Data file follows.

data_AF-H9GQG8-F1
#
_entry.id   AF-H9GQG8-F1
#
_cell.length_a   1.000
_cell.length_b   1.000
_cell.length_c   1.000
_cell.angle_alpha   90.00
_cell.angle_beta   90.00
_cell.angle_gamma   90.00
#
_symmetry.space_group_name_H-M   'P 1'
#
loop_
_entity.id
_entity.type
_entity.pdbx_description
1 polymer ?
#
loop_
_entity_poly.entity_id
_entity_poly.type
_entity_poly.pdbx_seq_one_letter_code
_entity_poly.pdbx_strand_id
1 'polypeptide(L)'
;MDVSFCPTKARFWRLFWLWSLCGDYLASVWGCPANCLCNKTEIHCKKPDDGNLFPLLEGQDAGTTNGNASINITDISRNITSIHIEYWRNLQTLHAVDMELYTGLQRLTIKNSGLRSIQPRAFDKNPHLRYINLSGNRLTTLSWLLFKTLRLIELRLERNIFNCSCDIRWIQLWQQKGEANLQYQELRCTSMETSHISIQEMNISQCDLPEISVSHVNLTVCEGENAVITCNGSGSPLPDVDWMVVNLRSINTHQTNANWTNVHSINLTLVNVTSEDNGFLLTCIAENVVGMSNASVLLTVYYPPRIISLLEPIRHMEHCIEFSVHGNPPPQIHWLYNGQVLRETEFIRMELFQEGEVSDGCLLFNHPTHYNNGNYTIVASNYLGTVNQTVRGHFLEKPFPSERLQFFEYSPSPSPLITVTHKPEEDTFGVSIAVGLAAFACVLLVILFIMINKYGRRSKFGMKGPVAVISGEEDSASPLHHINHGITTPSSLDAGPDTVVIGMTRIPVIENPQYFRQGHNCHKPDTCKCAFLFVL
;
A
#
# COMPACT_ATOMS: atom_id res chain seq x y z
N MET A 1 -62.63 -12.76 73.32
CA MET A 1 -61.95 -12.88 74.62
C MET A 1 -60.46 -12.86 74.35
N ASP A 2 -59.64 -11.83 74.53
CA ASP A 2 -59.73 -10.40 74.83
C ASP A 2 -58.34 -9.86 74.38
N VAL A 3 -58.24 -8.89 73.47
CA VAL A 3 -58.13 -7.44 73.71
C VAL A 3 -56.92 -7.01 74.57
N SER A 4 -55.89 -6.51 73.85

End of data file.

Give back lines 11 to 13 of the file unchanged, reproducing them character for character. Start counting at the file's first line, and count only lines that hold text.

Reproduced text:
#
_symmetry.space_group_name_H-M   'P 1'
#